Canary Islands Vacation Travel Guide | Expedia


The Canary Islands are a Spanish archipelago
in the Atlantic Ocean, just off Morocco in North Africa. Formed by volcanic eruptions and shaped by
hot desert winds, they are comprised of 7 main islands. When powerful seismic forces lifted these
islands out of the ocean millions of years ago, they sculpted landscapes of unimaginable beauty. So spectacular are the Canary Islands that
for centuries, it was believed that this archipelago formed the peaks of the legendary lost city of Atlantis. Today, the Canary Islands are a magnet for
sun seekers, beachcombers and adventurers from all over
the world. With, 160 miles of coastline, 150 beaches and a climate that feels like it is always
spring, the island of Fuerteventura is a perfect place
to start your exploration. Head to Corralejo, once a small fishing village, now one of the island’s largest resort towns. Just a short walk away is Corralejo Dunes
National Park, with dunes that seem to stretch out forever. On the southern end of the island, Sotavento de Jandia Beach is famous for its turquoise waters and golden sands while Ajuy Beach has long drawn visitors west
to its black sands. These islands have long been renowned for
their hospitality, so relax on a sun lounge or enjoy a seafood
specialty at a local restaurante. Beautiful beaches and picturesque villages are just some of the offerings in this land
of wonders. Brave twisting roads to admire the panoramic view over the island from Mirador
Morro Velosa, once thought to be the home of the Gods. A short ferry ride to the west of Fuerteventura
is Gran Canaria a place of ever changing climates and vistas. This island abounds with otherworldly landscapes that have been inspiring visitors for centuries. Take a hike to Pilancones Natural Park. The spectacular plateaus and cool ravines
in this area are around 12 million years old. Visit the town of Agaete where volcanic cliffs plunge into the Atlantic
Ocean. Take a drive to see the Roque Nublo, and the surrounding valleys, once described by a visiting Spanish philosopher
as “a petrified storm”. No matter where you go on the island, great beaches are never far away. Soak up the sun at Amadores Beach or hit the surf at Caleta de Arriba but be
aware, at some beaches, clothing is optional. A port town since the Age of Discovery, Gran Canaria’s relaxed beachside capital
city, Las Palmas de Gran Canaria has long been a
cultural melting pot. Stroll the boulevard at Las Canters Beach
or visit the Cathedral of Santa Ana a labour of devotion that took 350 years to
complete. Tenerife, is the largest and busiest of the
Canary Islands, receiving around 5 million visitors a year. Tenerife’s beaches come in many shades, from the golden sands of Las Americas Beach and Los Cristianos to the black sands of Jardín
Beach. For water adventures of a different kind, head to the Siam Water Park. Hit the water slides or just relax in the
lush environment of this enormous Thai-themed park. Or, make a splash at Loro Parque which has attracted more than 40 million visitors
since opening in 1972. The island’s capital Santa Cruz de Tenerife is home to the Auditorio de Tenerife Adán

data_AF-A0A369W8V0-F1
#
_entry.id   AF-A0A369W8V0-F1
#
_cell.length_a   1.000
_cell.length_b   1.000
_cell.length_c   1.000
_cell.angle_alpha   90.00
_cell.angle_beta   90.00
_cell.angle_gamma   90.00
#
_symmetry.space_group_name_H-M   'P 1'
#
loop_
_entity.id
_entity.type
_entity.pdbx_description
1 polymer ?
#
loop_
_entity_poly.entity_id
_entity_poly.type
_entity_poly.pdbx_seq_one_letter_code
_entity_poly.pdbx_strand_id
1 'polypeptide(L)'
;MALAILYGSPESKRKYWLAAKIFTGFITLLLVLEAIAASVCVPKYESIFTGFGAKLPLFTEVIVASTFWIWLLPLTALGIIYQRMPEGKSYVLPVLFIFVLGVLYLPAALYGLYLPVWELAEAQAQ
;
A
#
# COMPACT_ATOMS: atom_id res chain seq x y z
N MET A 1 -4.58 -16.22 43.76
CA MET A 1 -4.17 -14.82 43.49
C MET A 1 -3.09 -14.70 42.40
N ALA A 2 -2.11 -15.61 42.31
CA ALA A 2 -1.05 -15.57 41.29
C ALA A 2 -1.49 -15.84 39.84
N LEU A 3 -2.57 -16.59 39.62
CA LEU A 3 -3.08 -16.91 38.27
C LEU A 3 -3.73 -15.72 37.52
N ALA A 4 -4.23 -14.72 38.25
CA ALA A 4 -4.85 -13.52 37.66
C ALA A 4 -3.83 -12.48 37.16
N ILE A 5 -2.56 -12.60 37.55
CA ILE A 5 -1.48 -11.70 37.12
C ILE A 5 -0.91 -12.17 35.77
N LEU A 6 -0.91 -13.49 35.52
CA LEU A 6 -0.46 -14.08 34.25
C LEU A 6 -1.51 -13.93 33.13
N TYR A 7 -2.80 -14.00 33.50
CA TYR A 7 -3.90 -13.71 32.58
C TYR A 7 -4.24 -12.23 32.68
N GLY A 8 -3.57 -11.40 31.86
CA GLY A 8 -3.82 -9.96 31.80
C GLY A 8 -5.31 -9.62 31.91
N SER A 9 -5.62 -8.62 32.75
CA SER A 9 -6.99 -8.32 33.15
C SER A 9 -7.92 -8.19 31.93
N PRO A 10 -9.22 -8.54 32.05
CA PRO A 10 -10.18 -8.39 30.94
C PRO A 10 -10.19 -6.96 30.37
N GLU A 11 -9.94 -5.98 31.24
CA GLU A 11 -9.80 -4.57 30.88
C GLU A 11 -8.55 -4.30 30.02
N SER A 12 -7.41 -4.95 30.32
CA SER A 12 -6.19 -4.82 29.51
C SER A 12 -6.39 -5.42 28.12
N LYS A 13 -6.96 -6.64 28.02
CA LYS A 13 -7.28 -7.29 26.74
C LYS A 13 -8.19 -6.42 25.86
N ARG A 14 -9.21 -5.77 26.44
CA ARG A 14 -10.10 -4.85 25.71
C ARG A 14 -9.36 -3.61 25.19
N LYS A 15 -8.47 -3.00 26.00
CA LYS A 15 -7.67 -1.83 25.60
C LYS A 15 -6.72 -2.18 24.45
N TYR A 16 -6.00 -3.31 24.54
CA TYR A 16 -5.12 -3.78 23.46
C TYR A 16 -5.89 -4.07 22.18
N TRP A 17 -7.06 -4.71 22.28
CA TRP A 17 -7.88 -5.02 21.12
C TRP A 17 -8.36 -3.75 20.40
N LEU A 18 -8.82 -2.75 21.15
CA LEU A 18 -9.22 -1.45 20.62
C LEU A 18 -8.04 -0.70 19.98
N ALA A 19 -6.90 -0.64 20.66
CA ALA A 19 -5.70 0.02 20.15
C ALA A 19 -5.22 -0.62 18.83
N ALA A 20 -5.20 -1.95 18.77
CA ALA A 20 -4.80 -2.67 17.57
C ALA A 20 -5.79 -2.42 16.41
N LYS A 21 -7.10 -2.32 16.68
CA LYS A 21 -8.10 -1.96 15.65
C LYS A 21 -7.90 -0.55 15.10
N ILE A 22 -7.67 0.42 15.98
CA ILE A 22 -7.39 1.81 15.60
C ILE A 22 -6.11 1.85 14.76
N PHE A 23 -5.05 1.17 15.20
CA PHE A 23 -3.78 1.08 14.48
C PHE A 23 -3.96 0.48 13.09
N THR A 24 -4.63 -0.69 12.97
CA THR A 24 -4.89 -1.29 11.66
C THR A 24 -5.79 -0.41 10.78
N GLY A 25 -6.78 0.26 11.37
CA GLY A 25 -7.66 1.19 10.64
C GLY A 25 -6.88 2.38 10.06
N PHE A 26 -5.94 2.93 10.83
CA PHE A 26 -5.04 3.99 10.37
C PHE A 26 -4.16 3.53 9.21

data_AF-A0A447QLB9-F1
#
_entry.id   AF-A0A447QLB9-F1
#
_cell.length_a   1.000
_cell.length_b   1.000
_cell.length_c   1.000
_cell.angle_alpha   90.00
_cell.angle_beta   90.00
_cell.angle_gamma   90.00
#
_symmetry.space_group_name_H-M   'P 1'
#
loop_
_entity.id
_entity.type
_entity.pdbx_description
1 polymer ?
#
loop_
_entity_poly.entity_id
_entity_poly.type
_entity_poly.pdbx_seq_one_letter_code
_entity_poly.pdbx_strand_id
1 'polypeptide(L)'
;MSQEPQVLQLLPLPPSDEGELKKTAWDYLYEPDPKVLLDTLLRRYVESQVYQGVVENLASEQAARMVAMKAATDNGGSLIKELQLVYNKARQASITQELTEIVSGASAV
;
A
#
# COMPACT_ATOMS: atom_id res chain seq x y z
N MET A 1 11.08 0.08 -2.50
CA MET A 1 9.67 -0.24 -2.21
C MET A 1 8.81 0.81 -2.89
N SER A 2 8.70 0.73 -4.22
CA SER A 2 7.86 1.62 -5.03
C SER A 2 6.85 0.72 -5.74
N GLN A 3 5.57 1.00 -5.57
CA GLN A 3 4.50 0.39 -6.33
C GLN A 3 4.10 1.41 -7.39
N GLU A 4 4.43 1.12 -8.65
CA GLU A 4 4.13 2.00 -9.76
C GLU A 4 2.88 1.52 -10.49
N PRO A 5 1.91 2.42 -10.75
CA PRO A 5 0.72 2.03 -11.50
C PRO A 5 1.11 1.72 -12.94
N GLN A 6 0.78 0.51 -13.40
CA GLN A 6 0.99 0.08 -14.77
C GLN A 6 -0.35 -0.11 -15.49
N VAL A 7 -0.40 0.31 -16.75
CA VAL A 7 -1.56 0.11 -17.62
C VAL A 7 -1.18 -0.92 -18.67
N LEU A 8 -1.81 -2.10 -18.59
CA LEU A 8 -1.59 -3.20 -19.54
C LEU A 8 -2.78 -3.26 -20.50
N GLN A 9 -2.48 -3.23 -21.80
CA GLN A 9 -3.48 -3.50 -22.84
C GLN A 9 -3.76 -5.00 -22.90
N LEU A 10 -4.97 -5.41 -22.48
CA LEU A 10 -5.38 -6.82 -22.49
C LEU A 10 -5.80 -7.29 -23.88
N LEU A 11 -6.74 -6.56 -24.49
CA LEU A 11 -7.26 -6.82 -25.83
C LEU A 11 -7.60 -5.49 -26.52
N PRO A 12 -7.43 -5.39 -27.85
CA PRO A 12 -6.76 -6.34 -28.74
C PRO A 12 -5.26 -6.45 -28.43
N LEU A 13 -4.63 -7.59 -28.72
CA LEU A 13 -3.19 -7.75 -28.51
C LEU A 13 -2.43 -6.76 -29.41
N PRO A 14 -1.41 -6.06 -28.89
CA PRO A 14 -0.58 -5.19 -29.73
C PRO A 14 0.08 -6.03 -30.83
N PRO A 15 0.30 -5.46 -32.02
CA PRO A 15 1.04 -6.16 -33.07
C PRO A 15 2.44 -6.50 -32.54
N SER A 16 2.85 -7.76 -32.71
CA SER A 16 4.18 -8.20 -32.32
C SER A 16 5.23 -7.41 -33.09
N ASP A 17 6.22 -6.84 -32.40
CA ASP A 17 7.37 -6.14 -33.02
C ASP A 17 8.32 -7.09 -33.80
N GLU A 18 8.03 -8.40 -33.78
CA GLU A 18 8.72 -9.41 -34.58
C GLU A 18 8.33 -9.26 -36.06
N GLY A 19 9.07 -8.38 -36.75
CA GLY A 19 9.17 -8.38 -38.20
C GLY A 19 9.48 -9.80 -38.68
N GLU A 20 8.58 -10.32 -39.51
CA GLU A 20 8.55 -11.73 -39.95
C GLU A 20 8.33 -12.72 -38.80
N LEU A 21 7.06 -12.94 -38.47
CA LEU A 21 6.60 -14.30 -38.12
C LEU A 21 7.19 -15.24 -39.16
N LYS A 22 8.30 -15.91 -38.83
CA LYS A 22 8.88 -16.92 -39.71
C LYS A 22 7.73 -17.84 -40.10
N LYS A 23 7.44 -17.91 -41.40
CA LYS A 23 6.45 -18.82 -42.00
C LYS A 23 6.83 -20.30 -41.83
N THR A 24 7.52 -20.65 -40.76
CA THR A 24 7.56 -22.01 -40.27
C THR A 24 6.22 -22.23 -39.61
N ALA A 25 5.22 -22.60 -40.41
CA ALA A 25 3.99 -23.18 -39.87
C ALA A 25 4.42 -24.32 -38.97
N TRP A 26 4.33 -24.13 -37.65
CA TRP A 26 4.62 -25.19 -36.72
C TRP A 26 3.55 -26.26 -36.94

Martin. The auditorium’s sail-like silhouette, harks back to days when the islands were an
important stopover for early adventurers such as Magellan and
Christopher Columbus. Experience the archipelago’s mythic past
at Icod de los Vines. Stand before the “Drago Milenario” a Dragon
Tree, reputed to be more than 1000 years old. At Teide National Park, watch the sun set
over El Teide, Spain’s highest mountain. It is easy to
believe, as the island’s indigenous people did, that this magnificent mountain actually touches
the sky. Lanzarote is the Canaries’ easternmost island and is sometimes called the “Island of 100
Volcanoes.” Be humbled by Mother Nature’s destructive
power on a tour of Timanfaya National Park. This region suffered a series of devastating
eruptions in the 1700s and has remained largely unchanged ever since. Standing guard at the park’s entryway is
El Diablo, the Devil, an image designed by Lanzarote’s most famous
son, César Manrique. Manrique’s artistic vision was to seamlessly
integrate art, local traditions and the natural elements and almost everywhere you go on this island
you’ll see his influence. Descend a spiral stone staircase into Jameos
del Agua, a natural cave transformed by Manrique into a magical amphitheatre and performance
space. Just a short journey away you can hire a guide and venture even deeper into the earth at
the Cueva de los Verdes, the green caves. Just like the other Canaries, Lanzarote is blessed with many different beaches. Relax under the sun at Playa Blanca at the
south of the island or stroll to Papagayo Beach. The tidal rock pools at Punta Mujeres are
the perfect place to cool off or rent some snorkelling gear and discover the island’s underwater wonders. Lanzarote’s busiest town is Puerto del Carmen and is a great place to enjoy the Canary Islands’ incredible sunsets. No matter which of these magnificent islands
you choose, as the sun’s molten rays merge the ocean
with the earth, you’ll realise this is a place where Mother
Nature and history collide. The mythical city of Atlantis may be a story, lost in the mists of time, but the Canary Islands are only a plane ride
away. Whether you are searching for dramatic adventures
or a sun-soaked vacation, this archipelago is alive with a powerful
magic all its own.

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